Pupils at a prestigious UK private girls' school opened their English Literature exam papers only to discover they has been taught the wrong book.
The teenagers at £37,000-a-year ($72,000) Malvern St James found there were no questions on Spies, the Michael Frayn novel they had spent two years studying for the International GCSE.
Now some parents at the boarding school in Worcestershire claim their children have suffered stress as a result of the mistake.
The headmistress has apologised and said the issue is being investigated. She has appealed to the Cambridge International for "special consideration" to be made when the papers are marked.
The IGCSE is an alternative international qualification to GCSEs and is preferred by many independent schools.
Spies was wrongly included in a list of books on the syllabus that includes Hard Times by Charles Dickens and Mansfield Park by Jane Austen. One parent told The Independent her daughter had been left 'stressed out' by the incident, adding it could "scar students for life".
"It has been a complete utter waste of time for two years," the mother said. "They have let her down completely.
"I want compensation and I want heads to roll. For that amount of money they should not be making mistakes. You have to be responsible of what your teachers are doing. For two years they have been studying the wrong book. It is a joke."
In a statement, headmistress Olivera Raraty said: "There was an issue with one section of an IGCSE English Literature paper sat by one group of students in Year 11 on May 15. One of the texts taught to this group was incorrect.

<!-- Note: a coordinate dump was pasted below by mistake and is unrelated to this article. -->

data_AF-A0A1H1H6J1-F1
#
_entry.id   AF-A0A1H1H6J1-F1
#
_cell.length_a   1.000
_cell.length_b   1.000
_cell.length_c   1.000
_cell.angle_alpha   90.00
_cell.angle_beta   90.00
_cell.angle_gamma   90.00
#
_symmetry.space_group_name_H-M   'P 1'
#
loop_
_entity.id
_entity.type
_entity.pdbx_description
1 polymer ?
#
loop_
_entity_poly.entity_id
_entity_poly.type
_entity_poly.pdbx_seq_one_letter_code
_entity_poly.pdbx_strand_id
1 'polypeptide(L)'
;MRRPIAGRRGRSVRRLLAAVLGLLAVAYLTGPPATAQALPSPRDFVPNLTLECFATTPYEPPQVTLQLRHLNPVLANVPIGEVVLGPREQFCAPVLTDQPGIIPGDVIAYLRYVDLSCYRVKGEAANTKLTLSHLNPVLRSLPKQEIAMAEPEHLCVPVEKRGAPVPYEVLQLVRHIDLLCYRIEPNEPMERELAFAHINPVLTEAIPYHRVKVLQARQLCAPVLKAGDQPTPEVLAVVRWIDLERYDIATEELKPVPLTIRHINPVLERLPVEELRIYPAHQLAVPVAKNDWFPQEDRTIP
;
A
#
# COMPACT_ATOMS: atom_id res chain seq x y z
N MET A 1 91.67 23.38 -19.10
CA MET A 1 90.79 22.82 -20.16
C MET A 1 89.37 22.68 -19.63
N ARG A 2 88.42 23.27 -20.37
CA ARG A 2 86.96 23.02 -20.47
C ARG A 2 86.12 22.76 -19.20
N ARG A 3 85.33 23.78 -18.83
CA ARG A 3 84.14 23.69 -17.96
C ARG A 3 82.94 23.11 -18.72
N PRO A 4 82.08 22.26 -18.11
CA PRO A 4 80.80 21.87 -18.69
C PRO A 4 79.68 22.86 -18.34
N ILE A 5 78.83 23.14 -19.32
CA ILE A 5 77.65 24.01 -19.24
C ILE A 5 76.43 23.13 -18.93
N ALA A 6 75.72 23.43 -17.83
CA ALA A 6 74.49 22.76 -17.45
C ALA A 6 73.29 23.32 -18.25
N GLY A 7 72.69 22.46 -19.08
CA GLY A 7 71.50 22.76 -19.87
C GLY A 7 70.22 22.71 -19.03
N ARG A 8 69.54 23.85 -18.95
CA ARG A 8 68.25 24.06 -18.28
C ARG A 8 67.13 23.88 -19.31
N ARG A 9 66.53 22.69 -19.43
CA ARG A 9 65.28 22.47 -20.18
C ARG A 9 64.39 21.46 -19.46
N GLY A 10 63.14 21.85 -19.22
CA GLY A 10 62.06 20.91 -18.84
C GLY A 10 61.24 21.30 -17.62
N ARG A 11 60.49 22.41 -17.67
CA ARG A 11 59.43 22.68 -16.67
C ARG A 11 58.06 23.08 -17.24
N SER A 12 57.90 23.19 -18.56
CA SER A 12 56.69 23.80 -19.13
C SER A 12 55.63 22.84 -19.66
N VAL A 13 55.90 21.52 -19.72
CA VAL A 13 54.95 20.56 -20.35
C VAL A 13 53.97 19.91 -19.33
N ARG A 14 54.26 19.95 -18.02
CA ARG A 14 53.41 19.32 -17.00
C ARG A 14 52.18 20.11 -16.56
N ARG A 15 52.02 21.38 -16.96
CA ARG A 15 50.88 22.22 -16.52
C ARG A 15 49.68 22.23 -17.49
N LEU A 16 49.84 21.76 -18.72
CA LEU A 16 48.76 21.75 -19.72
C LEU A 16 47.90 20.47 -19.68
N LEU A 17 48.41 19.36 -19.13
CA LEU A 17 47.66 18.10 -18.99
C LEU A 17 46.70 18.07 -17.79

"The problem was identified immediately, and we are now working with the exam board in question so that no girl should be disadvantaged.
"Fortunately, all exam boards have procedures in place to deal with this type of incident and we meet the criteria for 'special consideration'. Meanwhile a full internal investigation is underway. We apologise wholeheartedly."
Cambridge International sets out strict rules for applying "special consideration", a post-exam adjustment to a candidate's mark usually given to pupils who face difficult personal circumstances including illness or bereavement.
However, perhaps fortunately for the girls of Malvern St James, a new addition to its handbook foresees their problem.
It says: "Where candidates have been prepared for an incorrect work, we may, at our discretion, consider applications for special consideration".
It warns that even where marks are changed, only "minor adjustments" will be made so as not to "jeopardise the assessment standard". The board said yesterday: "We were contacted by the school as they discovered they had taught the wrong English Literature text.
"We recognise that this is distressing for the students involved. We have asked the school to follow our procedures for rare situations like this by submitting a request for special consideration on behalf of the students affected."